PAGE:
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What the treasure trove this is! This is a fantastic archive of Company E of the 11th Illinois Cavalry from the Civil War.


This is the desk that was used by Capt. then Major Philip F. Elliott. Elliott was from Peoria, Illinois and enlisted as a First Lieut. of Company E of the 11th Illinois Cavalry on December 20, 1861. He honorably served with the regiment until he was mustered out on September 30, 1865 at Memphis, Tennessee. During that time he rose from first Lieut. to the rank of Capt. in 1864 in Major in March 1865.


The desk itself is made more like that of a strongbox rather than your regular traveling desk. It had to be heavily constructed to withstand the many miles of travel of the Civil War Cavalry unit.


The lid folds down to reveal a writing area that has the leather cover with the majority of the leather remaining.


The 11th Illinois Cavalry has a valiant fighting history during the Civil War. The records show that the 11th was recruited from the end from the counties of Peoria, Fulton, Tazwell, Woodford, Marshall, Stark, Knox, Anderson and Warren. 12 full companies were recruited into US service on the December 20th 1861.

They stayed at Camp Lyon until February 22, 1862 when they marched to Benton Barracks, Missouri. Their introduction to Civil War battle came during the Hell that was known as the Battle of Shiloh. They fought on both days of the battle of Shiloh losing many killed and wounded. After the battle they served in the fights in West Tennessee and North Mississippi. They were at the fights of Davis Bridge, Bolivar, Tennessee Corinth, Mississippi and Iuka, Mississippi. In the winter of 1862 they fought Gen. Nathan Bedford Forrest Cavalry in Jackson, Tennessee. It was one of the many engagements where they would fight the Confederate cavalry under the command of Gen. Forrest known as the "Wizard of the Saddle”. They fought forest at Lexington, Humboldt, Parker’s Crossroads and at Clifton, Tennessee.

Then they spent the majority of the rest of their service in Mississippi. Their engagements in that state included Canton, Mississippi the battle on the Big Black River, Vicksburg, Jackson and then Yazoo City, and Egypt, Mississippi. Then they were shipped by boat to Memphis, Tennessee where they mustered out on September 30, 1865.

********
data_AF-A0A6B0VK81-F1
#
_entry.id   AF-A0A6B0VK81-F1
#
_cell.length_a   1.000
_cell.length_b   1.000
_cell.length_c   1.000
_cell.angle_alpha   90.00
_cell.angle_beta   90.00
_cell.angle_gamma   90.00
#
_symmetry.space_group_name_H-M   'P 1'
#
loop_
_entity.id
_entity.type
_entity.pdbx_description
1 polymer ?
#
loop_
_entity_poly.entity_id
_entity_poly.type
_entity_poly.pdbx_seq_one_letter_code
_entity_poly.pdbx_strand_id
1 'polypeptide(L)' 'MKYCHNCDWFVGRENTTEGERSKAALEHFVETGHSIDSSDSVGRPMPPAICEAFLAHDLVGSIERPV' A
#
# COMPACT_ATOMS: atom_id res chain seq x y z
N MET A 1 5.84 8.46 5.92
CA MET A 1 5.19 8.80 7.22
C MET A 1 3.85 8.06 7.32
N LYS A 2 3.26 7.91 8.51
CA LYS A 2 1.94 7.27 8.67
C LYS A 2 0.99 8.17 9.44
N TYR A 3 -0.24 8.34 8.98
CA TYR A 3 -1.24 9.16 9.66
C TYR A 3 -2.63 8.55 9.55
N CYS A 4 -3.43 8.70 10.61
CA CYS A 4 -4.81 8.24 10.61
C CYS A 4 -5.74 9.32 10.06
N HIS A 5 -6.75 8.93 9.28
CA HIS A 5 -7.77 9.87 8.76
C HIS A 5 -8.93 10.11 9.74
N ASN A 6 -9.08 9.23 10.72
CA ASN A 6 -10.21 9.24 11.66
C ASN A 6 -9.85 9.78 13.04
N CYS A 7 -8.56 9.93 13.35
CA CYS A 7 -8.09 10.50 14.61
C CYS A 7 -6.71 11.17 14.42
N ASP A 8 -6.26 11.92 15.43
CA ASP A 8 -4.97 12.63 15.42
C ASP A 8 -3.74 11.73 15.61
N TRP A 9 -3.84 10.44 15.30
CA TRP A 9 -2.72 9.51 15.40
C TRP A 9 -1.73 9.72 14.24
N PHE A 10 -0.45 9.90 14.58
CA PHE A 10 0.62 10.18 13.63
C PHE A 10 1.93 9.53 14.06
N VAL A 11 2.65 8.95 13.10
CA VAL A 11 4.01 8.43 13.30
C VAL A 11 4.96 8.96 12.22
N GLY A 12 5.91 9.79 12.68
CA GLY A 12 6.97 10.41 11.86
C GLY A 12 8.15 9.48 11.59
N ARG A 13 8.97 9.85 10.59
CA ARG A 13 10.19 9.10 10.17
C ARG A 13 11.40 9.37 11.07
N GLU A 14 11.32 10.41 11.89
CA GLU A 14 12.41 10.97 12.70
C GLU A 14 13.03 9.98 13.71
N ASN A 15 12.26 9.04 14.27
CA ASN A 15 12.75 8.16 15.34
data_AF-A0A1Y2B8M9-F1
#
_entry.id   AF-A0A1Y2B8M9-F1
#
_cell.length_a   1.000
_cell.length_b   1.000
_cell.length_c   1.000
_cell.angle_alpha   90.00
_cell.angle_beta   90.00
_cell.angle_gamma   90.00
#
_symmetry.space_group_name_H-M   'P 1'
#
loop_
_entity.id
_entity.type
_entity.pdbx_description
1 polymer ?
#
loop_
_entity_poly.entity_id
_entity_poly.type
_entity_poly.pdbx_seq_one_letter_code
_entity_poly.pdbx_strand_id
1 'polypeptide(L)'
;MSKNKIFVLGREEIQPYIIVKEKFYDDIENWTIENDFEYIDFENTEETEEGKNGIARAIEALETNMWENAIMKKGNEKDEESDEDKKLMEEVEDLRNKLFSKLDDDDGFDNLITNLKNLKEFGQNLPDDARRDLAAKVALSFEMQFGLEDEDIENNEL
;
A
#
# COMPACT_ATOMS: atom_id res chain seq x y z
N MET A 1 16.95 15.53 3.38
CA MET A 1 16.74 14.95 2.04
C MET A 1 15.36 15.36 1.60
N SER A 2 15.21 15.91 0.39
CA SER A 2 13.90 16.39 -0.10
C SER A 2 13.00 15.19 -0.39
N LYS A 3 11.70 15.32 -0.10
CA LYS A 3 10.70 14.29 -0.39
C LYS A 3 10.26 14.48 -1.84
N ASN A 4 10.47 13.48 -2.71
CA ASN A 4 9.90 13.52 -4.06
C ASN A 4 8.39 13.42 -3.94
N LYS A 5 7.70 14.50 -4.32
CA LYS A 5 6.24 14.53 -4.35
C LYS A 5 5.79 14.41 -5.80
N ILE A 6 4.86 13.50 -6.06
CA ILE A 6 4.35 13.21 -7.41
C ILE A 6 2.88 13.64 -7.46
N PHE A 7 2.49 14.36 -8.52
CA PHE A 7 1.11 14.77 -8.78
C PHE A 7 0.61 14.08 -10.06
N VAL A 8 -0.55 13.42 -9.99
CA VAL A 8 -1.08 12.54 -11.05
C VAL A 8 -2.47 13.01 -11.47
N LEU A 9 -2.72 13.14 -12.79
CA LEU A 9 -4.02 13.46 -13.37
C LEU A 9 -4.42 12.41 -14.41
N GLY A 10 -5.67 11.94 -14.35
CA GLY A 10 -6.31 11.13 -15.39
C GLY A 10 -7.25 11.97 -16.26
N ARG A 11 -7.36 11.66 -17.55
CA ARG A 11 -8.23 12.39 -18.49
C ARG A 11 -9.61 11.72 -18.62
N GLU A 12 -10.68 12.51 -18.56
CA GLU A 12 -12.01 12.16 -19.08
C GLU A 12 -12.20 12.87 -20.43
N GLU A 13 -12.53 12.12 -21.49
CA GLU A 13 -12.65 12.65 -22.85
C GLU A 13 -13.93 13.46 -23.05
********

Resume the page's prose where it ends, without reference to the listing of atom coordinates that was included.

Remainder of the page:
The desk has the many small compartments for storing paper of various sizes and also has the single drawer which held the pens and other necessities. The drawer still contains some of the tips for the writing pens as well as the postwar obituary for Major Elliott. There is a small mourning card from Gen. Halleck’s wife in the compartment as well.


There are a few personal letters from Elliott and also three of his original Civil War commissions from the State of Illinois. These commissions are the ornate ones and have the signature of Gov. Yates.


The documents that are contained inside the desk give us a glimpse into all of the things needed to keep the Civil War mounted fighting regiment in the field. The receipts include everything from socks to horses to weapons.


It’s interesting to note that this regiment was armed with the Smith patent cavalry carbines and another notation tells us they had 36 caliber revolvers.


The receipts are on various sizes of paper with some being preprinted in some being all handwritten. There is even one receipt where he received the desk itself.


There are approximately 190 original documents included in the desk not even counting the commissions.


One paper that we found when we were looking through the desk is a Treasury Department letter dated 1892 in which Elliott was still trying to be paid for his services during the war. I guess the Government tried not to pay their bills even back then.


The desk and documents are accompanied by Xerox copies of the service history of Elliott as well as 11th Illinois Cavalry. There is even a reproduction copy of an image of Elliott.


You get the desk all of the documents including the three commissions for $6850. That’s less than $40 a piece for the documents and not figuring anything for the desk itself. This is a wonderful piece of history that is priced well enough for a quality investment on your part.